Recently I had the pleasure of being interviewed by JJ DiGeronimo of the organization Advancing Women in STEM about my career trajectory, my leap into technology transfer, and what motivated me to start Fuentek in 2001. I was also asked for my advice for women who are newly hired for — or trying to get — a job in science, technology, engineering, and math (STEM). I was able to share a few ideas during the interview, but today I’d like to elaborate on that list.
Actually, this advice applies to women going into non-STEM professions too.
Don’t phrase requests as questions and don’t apologize for your ideas or for asking questions.
Questions (or a question-sounding tone) make your request sound like a nice-to-have instead of a requirement. Instead, be specific and make it a statement. So “Can I have this on Tuesday?” becomes “I need this on Tuesday by noon.” Apologies sound as though you made a mistake. It may be intended to “be polite,” but saying “sorry” undermines your idea or question as though it doesn’t have merit. You have every right to contribute and participate. Stop apologizing… unless, of course, you made a mistake.
The way you speak to your friends is not the same way you should speak professionally. I once interviewed a young senior from Princeton who said “like” every other word. It was so distracting and incoherent that I decided in the first couple of minutes I wouldn’t hire her regardless of how smart she might be. I did not want someone who sounded like a 15-year-old-valley girl representing my company. (BTW, this “communicate professionally” advice applies to writing emails as well.)
Don’t dress like it’s Saturday night.
If people are focused on what you are wearing and what it makes you look like, they are not paying attention to your work and respecting your contributions. It shouldn’t be about what you look like, but it is. So be reasonable and save that torn-up pair of jeans or see-through blouse for a party rather than wear them to the office.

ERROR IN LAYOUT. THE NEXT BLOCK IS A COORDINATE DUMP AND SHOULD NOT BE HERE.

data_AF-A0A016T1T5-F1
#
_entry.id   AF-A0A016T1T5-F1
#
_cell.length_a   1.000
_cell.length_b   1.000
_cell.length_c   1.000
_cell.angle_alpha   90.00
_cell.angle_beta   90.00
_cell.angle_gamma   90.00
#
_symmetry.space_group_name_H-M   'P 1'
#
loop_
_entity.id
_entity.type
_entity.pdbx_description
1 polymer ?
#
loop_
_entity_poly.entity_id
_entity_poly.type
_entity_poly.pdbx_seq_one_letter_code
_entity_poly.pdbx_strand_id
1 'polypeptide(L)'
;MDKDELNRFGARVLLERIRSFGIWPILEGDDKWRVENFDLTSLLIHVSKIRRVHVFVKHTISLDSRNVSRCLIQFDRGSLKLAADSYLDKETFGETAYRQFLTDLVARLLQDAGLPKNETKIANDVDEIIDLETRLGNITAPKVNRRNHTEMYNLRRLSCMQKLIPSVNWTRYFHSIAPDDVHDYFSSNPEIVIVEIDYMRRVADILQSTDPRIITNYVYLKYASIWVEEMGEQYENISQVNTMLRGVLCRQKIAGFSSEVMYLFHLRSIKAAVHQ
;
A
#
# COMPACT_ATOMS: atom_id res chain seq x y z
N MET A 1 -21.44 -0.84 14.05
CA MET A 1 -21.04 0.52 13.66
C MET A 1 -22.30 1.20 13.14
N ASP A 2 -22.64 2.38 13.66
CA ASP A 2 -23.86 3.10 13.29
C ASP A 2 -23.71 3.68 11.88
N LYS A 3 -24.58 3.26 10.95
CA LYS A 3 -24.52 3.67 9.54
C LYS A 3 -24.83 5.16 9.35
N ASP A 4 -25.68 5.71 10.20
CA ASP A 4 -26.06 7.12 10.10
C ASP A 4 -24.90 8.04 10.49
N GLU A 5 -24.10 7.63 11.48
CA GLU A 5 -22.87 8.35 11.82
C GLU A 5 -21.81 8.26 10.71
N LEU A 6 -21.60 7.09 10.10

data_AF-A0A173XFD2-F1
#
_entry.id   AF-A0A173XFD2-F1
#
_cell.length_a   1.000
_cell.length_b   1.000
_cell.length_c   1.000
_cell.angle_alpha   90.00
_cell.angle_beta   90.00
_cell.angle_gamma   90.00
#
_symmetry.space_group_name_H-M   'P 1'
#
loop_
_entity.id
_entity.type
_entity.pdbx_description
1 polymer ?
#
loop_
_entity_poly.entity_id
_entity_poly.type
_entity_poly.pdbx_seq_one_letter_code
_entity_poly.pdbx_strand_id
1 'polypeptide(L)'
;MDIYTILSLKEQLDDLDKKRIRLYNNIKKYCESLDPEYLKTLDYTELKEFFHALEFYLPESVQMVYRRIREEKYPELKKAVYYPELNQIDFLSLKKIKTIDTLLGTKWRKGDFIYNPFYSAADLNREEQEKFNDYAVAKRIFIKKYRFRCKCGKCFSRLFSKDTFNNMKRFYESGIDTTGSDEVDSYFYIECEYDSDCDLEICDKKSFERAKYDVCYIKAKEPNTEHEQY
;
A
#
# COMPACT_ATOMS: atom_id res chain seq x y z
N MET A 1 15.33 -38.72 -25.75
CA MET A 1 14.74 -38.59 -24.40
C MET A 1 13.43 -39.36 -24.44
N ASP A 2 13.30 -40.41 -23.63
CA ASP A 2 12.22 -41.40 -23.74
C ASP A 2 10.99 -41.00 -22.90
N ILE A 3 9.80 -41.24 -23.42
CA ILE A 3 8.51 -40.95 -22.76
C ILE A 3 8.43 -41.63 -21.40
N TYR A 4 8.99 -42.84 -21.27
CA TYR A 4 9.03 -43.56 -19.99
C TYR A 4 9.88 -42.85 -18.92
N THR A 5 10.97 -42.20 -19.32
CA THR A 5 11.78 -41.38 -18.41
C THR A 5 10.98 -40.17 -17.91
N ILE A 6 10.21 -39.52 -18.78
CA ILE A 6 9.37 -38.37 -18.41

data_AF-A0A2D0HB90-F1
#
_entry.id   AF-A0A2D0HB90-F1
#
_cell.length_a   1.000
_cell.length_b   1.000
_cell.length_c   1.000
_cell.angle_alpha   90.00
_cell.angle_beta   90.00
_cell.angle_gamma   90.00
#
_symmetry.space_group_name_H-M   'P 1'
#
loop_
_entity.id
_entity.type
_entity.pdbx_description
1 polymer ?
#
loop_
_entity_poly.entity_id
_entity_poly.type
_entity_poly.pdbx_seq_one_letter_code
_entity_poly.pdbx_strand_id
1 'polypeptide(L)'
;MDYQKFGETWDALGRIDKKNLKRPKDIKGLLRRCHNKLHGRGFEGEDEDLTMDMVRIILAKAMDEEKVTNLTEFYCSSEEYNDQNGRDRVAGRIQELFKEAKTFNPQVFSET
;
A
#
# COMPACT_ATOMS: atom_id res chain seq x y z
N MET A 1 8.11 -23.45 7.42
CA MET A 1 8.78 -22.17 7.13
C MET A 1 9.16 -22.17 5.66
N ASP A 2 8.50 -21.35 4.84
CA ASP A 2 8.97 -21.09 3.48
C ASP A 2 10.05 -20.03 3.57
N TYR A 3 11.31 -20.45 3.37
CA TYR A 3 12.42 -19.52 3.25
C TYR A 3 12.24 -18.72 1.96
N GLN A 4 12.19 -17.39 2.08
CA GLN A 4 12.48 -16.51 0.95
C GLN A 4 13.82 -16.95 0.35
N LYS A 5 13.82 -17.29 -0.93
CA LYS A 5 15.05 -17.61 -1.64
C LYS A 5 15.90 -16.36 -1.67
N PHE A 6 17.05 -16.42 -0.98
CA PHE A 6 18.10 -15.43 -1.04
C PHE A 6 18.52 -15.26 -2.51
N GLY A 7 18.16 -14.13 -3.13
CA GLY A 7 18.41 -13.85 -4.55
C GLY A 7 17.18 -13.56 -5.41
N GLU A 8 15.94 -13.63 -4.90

Don’t talk more than you listen.
As I like to tell all of our staff during training, you were born with one mouth and two ears and that is the ratio you should communicate in. This is not just about respect; it is also an effective way to learn and gather information. Ask questions, and then actually listen to what is being said rather than think about what you are going to say next. When you really listen, the conversation will flow naturally and you will both get much more out of it. (Plus, the other person isn’t stupid and can tell whether you are paying attention.)
Don’t overreact when someone is blatantly sexist, ageist, whatever.
I have found that having a sense of humor about ridiculous statements has a much bigger impact and keeps me on the high road as a professional in an uncomfortable situation. I have tons of examples but here’s one…
At a Navy League dinner, the gentleman next to me asked me what I did. I told him I was a program manager for submarine combat systems and he told me he was in sales for radar systems. He then asked me how I got the position. “Did you start off as a secretary and work your way up?” I smiled and said, “No, I went to Princeton for a master’s in aerospace engineering. Did you start in the mailroom and work your way up to sales or did you also go to school in your area of expertise?” He laughed and acknowledged what he said was stupid. And I never stopped smiling.
What tips do you have to add to this list? Post a comment below or contact me privately.